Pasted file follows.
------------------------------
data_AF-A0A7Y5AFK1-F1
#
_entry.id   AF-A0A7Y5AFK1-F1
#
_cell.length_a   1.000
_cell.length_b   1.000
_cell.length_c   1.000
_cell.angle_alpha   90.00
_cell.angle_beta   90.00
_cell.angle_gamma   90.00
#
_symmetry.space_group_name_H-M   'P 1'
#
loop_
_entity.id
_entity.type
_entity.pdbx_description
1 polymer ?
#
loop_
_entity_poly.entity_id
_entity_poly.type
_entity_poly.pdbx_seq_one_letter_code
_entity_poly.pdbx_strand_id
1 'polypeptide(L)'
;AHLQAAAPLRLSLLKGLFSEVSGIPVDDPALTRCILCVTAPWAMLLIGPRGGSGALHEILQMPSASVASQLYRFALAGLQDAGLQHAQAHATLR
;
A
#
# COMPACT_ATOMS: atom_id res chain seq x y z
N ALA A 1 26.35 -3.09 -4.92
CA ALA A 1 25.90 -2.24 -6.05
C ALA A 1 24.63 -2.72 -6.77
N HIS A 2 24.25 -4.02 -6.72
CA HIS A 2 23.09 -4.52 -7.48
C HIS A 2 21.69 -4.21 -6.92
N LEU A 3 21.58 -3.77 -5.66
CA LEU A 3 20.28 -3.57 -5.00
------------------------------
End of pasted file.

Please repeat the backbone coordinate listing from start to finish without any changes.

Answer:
data_AF-A0A7Y5AFK1-F1
#
_entry.id   AF-A0A7Y5AFK1-F1
#
_cell.length_a   1.000
_cell.length_b   1.000
_cell.length_c   1.000
_cell.angle_alpha   90.00
_cell.angle_beta   90.00
_cell.angle_gamma   90.00
#
_symmetry.space_group_name_H-M   'P 1'
#
loop_
_entity.id
_entity.type
_entity.pdbx_description
1 polymer ?
#
loop_
_entity_poly.entity_id
_entity_poly.type
_entity_poly.pdbx_seq_one_letter_code
_entity_poly.pdbx_strand_id
1 'polypeptide(L)'
;AHLQAAAPLRLSLLKGLFSEVSGIPVDDPALTRCILCVTAPWAMLLIGPRGGSGALHEILQMPSASVASQLYRFALAGLQDAGLQHAQAHATLR
;
A
#
# COMPACT_ATOMS: atom_id res chain seq x y z
N ALA A 1 26.35 -3.09 -4.92
CA ALA A 1 25.90 -2.24 -6.05
C ALA A 1 24.63 -2.72 -6.77
N HIS A 2 24.25 -4.02 -6.72
CA HIS A 2 23.09 -4.52 -7.48
C HIS A 2 21.69 -4.21 -6.92
N LEU A 3 21.58 -3.77 -5.66
CA LEU A 3 20.28 -3.57 -5.00